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2011 Lincoln MKX ReviewThe Good
Standard MyLincoln Touch gets added to scads of state-of-the-art gizmos, loads of cabin and cargo room, a luxurious ride, and the significant facelift that marks the 2011 Lincoln MKX.The Bad
Some distracting automatic transmission issues and a distinct similarity to its Ford Edge cousin won't win the 2011 MKX a whole lot of prizes.
The CarGurus View
The new-look 2011 Lincoln MKX still won’t be mistaken for a Lexus or an Audi, but squint hard enough, and it’ll be way edgier than its Ford clone. All in all, the new MKX is a decent luxury crossover, but not quite distinctive enough to become legendary.
At a Glance
Refreshed and rejuvenated, the 2011 Lincoln MKX midsize luxury crossover again takes on the Caddys, Lexuses, and Audis of the world. Exterior changes include a new “split wing” grille and front wheel arches, as well as re-positioned LED taillights. A major convenience addition is the MyLincoln Touch user interface, which allows drivers and passengers to adjust climate control settings, use the standard SYNC/Bluetooth hands-free phone system, manipulate audio settings, or get instant vehicle performance information. Additionally, the MKX’s new drivetrain includes a bulked-up V6 and auto-manual transmission that’s touted to be more powerful yet more fuel efficient than the 2010 version's. Finally, a new, beefed-up brake system provides the MKX with increased stopping power, giving owners a chance to show off its restyled standard 18-inch or available 20-inch alloy wheels.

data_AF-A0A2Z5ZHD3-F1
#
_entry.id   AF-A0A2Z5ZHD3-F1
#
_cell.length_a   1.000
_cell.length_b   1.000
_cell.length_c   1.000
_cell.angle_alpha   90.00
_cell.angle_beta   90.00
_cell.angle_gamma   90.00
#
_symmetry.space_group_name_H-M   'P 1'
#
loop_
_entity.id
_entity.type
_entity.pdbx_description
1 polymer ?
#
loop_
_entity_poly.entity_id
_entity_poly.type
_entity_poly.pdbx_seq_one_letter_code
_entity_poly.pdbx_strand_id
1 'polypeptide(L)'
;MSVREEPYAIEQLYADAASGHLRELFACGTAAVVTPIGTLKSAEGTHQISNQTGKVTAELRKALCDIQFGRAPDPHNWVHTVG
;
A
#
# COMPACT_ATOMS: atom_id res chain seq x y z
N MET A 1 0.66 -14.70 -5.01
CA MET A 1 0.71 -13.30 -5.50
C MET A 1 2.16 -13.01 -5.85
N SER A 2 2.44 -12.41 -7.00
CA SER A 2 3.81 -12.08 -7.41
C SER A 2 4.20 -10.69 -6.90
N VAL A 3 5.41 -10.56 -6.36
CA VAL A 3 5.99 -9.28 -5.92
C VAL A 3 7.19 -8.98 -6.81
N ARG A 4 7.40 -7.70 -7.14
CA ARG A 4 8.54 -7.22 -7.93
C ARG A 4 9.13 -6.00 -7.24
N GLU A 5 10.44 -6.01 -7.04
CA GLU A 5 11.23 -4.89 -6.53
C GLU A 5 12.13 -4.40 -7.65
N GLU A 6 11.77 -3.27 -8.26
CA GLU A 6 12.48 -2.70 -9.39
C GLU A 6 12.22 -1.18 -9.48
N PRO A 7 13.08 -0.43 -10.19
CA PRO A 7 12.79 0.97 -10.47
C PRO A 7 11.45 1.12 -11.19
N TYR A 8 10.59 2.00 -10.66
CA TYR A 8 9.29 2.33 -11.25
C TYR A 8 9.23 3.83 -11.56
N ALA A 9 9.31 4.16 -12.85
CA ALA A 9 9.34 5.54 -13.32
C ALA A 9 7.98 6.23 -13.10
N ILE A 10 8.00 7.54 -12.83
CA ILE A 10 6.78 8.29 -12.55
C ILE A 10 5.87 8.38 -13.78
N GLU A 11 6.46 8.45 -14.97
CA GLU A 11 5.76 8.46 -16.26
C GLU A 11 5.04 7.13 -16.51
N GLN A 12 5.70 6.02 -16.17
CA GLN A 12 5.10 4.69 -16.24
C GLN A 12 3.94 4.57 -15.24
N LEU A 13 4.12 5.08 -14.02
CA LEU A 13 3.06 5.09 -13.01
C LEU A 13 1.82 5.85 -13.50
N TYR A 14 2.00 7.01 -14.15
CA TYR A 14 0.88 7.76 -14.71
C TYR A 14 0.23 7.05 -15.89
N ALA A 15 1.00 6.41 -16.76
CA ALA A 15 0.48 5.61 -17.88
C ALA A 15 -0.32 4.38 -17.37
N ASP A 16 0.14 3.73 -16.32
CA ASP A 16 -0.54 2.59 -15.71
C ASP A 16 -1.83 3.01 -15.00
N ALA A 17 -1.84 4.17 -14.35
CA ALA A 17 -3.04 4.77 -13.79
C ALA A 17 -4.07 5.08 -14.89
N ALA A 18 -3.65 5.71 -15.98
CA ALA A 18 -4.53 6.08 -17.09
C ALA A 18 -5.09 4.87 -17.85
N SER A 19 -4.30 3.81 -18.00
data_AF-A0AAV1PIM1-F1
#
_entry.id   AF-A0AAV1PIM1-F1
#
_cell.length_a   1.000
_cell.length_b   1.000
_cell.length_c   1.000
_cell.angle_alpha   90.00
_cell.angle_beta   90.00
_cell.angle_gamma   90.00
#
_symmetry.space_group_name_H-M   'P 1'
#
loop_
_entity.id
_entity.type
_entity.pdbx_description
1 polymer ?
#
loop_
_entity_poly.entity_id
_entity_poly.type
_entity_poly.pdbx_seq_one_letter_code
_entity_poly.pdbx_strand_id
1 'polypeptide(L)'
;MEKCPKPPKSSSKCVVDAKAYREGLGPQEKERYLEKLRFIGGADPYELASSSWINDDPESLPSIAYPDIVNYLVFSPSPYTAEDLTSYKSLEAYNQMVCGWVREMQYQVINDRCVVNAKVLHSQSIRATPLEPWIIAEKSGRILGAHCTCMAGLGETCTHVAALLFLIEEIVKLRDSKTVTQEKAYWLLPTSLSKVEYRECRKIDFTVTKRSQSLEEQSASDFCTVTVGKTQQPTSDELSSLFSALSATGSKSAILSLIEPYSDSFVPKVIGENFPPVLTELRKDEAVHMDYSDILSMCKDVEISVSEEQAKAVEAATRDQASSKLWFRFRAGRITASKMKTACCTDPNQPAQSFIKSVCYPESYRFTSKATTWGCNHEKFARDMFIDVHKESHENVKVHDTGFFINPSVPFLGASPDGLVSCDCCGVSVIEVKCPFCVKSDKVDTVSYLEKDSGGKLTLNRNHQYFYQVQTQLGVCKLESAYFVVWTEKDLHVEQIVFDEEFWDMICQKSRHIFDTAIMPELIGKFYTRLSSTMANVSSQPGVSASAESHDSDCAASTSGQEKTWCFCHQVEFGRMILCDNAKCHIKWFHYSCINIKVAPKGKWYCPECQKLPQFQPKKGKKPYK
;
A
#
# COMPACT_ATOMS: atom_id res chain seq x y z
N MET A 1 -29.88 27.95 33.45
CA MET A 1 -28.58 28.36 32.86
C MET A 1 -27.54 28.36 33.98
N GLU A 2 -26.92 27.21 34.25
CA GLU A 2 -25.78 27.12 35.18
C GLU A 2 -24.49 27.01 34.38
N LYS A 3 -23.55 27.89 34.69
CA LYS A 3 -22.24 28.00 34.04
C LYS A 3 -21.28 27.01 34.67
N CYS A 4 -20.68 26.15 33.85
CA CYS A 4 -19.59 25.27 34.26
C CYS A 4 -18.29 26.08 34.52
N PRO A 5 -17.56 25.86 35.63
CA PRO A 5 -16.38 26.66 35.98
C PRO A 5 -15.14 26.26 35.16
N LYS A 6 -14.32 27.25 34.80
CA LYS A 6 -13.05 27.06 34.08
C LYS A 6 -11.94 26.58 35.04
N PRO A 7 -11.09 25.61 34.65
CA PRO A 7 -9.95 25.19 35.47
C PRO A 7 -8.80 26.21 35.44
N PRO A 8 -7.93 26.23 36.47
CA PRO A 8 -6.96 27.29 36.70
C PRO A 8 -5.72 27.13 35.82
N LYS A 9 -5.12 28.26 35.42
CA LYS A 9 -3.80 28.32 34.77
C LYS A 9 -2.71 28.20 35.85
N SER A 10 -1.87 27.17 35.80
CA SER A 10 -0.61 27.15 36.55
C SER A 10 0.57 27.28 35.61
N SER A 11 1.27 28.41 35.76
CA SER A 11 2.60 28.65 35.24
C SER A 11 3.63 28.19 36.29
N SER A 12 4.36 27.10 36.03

Once more, this luxury-oriented five-passenger midsize mini-'Ute is available in two trim levels, the front-wheel-drive (FWD) Base and the traction-heavy all-wheel-drive MKX AWD. Needless to say, both trims feature 69 cubic feet of cargo space with the rear seats folded, and both are tuned for a smooth ride, with a driver-selectable transmission mode for a marginally sportier driving experience.
The 2011 MKX is designed to compete with the Lexus RX 350, Cadillac SRX, Audi Q5, and BMW X3 crossovers. Most reviewers claim that the MKX’s recent tweaks ought to improve its market position, but cite a bit better build quality, higher reliability, and improved refinement for similar pricing in much of its competition.
New for the 2011 MKX is a 3.7-liter variable-valve-timed V6 powerplant that pairs with the new six-speed auto-manual transmission to pound down 305 hp at 6,500 rpm and 280 lb-ft of torque at 4,000 rpm. A driver-selectable mode in the six-speed allows a bit more elan in the driving experience, if desired, as well as standard brake hill holding.
Though mistakenly anticipated to boast a turbocharged 3.5-liter V6, the MKX, alas, still packs a naturally aspirated engine, but with deceleration fuel cutoff and variable valve timing, this mill is estimated to get an improved 19/26 mpg for the FWD version and 17/23 in the AWD configuration. There are some who feel this fuel efficiency approaches best-in-class status, at least in the FWD trim level. Towing capacity, meantime, maxes out at 3,500 pounds on the standard trailer hitch and wiring, while a center-mounted limited-slip differential backbones the full-time AWD trim.